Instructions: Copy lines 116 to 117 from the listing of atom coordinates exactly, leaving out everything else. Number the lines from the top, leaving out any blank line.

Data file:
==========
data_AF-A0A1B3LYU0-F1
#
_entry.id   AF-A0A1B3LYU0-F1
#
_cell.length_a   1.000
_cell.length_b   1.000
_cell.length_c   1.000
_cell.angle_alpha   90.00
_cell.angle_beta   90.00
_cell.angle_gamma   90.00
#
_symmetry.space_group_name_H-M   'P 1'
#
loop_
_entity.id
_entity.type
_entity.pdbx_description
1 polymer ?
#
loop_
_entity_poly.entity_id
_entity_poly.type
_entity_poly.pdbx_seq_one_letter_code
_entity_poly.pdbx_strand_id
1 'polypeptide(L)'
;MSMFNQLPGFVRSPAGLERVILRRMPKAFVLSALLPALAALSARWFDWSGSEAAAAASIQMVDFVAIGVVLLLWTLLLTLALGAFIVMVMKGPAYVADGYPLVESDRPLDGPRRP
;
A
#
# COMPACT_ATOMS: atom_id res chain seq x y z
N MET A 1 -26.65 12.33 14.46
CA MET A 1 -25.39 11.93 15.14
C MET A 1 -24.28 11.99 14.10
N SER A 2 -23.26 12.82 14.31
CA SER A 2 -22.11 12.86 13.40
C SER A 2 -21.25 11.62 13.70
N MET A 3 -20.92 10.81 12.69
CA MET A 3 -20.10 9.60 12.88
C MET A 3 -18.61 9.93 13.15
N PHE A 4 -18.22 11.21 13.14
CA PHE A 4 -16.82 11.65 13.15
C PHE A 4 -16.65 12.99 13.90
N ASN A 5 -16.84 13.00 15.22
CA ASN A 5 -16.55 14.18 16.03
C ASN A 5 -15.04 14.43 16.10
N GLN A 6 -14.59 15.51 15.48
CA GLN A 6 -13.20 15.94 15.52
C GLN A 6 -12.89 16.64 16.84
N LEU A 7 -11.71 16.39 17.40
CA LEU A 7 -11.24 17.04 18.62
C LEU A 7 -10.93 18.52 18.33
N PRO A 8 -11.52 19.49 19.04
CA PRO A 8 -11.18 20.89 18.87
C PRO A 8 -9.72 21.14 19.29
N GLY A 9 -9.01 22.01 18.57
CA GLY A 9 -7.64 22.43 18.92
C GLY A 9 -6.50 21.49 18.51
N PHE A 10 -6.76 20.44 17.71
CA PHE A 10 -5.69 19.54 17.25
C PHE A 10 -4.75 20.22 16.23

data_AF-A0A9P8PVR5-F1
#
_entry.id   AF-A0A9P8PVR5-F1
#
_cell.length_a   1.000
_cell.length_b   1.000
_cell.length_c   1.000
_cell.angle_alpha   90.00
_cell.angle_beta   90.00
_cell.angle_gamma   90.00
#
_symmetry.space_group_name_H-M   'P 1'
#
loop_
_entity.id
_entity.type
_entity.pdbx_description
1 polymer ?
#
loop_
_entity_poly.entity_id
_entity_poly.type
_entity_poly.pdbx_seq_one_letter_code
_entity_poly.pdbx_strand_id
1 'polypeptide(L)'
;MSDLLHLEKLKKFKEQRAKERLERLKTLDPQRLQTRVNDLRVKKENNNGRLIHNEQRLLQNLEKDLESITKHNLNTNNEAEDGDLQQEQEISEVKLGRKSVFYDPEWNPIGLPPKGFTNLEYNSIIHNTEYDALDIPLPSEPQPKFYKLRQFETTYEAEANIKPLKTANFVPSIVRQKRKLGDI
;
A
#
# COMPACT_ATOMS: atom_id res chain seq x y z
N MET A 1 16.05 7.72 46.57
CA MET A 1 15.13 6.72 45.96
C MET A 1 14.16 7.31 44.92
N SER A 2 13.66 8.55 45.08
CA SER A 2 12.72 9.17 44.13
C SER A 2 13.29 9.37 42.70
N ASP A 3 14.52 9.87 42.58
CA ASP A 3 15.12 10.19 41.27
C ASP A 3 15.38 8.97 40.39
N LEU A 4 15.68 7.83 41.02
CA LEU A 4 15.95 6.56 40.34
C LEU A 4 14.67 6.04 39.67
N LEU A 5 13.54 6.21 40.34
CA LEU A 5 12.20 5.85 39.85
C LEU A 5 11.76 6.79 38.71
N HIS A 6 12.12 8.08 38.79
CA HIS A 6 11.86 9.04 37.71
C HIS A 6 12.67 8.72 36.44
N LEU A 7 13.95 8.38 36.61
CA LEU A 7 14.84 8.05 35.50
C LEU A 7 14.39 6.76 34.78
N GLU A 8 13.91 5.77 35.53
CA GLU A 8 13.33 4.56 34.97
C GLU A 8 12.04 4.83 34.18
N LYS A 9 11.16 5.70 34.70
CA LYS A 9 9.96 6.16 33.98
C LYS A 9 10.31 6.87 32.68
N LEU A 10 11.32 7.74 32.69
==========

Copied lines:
CA LYS A 9 9.96 6.16 33.98
C LYS A 9 10.31 6.87 32.68